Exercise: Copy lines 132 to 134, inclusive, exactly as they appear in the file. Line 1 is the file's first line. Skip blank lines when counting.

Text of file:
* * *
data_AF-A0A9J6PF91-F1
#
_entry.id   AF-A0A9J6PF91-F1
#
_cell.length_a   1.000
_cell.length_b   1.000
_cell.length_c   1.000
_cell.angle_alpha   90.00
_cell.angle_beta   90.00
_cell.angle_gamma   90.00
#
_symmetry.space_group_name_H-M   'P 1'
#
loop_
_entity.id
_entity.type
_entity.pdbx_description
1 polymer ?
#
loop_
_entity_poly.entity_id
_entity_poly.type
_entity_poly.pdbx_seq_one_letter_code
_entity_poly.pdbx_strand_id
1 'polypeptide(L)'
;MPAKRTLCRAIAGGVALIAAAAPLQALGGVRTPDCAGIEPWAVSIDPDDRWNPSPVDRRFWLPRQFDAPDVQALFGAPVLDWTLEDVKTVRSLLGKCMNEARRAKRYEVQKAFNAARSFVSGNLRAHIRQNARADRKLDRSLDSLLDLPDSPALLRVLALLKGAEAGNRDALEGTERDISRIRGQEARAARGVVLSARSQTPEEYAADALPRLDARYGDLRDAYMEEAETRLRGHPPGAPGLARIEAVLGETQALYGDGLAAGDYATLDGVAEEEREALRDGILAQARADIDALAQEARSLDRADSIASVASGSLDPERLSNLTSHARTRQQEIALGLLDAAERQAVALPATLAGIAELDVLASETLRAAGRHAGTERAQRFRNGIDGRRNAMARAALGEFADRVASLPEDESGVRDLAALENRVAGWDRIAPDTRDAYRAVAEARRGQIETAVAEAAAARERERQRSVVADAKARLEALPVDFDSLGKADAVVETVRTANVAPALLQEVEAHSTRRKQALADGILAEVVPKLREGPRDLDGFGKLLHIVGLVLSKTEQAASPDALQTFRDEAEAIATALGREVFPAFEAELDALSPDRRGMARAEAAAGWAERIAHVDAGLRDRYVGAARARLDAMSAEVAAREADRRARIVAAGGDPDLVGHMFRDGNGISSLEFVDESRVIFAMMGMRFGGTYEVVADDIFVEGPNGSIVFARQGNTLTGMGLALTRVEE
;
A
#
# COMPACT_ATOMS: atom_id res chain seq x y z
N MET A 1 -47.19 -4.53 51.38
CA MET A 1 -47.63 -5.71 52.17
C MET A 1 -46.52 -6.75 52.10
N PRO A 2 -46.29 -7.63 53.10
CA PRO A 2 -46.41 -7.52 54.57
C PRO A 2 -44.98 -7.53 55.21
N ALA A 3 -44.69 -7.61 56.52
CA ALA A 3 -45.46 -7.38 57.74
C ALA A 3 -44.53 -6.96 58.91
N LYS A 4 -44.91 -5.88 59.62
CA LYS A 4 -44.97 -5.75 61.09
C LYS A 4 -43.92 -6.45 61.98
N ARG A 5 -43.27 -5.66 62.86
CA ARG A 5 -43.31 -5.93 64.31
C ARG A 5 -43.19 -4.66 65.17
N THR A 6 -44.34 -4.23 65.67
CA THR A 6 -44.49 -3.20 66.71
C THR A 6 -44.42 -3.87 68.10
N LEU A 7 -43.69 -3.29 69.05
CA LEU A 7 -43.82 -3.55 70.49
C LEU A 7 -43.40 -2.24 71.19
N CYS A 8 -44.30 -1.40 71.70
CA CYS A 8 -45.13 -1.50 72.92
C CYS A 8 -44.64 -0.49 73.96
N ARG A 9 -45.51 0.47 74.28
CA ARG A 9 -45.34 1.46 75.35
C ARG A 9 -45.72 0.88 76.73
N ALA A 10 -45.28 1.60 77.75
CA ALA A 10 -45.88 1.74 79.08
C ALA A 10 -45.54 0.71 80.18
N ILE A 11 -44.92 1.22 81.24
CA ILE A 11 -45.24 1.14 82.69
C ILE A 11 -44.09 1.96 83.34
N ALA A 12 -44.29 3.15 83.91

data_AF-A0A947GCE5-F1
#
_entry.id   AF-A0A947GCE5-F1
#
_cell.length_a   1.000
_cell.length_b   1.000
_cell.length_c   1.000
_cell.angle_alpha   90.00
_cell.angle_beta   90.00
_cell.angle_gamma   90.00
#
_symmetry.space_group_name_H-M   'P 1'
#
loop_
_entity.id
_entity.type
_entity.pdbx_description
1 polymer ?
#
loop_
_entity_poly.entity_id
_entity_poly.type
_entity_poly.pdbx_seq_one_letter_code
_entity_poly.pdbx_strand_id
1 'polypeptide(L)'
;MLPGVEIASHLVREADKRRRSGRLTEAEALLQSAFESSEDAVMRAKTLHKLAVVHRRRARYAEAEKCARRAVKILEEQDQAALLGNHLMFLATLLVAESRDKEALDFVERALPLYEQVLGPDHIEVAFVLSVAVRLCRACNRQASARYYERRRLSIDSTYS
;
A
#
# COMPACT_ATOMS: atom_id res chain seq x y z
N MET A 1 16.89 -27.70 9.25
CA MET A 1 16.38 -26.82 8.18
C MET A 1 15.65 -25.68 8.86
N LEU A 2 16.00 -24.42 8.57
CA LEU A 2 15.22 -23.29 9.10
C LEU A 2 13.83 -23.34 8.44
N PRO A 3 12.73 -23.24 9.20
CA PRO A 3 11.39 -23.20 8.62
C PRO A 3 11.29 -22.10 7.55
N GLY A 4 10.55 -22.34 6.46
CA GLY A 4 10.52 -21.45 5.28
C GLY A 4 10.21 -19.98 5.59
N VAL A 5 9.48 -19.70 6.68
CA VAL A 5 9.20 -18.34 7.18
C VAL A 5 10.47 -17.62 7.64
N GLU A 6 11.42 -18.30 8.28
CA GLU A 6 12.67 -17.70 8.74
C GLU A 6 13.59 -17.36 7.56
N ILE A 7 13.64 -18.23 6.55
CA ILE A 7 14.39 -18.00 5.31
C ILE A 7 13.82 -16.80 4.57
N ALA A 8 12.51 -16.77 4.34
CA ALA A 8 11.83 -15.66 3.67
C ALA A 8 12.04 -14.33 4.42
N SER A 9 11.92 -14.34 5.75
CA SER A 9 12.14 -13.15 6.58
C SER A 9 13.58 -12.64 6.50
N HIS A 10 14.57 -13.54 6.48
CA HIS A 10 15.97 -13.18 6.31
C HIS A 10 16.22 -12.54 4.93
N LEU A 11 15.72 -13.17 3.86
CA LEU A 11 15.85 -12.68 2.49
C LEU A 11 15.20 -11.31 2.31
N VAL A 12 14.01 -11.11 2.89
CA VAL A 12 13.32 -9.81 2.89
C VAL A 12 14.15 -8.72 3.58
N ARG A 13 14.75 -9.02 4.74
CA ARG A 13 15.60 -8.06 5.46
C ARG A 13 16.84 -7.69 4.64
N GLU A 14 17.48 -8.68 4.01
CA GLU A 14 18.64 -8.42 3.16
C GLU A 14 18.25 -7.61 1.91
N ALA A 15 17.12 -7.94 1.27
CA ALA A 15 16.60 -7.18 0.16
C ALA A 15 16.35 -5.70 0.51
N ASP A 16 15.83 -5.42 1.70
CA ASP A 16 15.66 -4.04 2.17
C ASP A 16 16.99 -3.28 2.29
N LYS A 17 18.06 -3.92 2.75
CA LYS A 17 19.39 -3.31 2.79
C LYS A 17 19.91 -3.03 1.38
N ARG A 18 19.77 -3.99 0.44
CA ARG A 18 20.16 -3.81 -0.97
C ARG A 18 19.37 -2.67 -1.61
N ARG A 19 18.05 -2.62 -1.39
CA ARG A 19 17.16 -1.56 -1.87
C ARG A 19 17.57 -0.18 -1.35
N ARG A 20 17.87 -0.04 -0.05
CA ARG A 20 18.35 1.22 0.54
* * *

CA ARG A 13 15.60 -8.06 5.46
C ARG A 13 16.84 -7.69 4.64
N GLU A 14 17.48 -8.68 4.01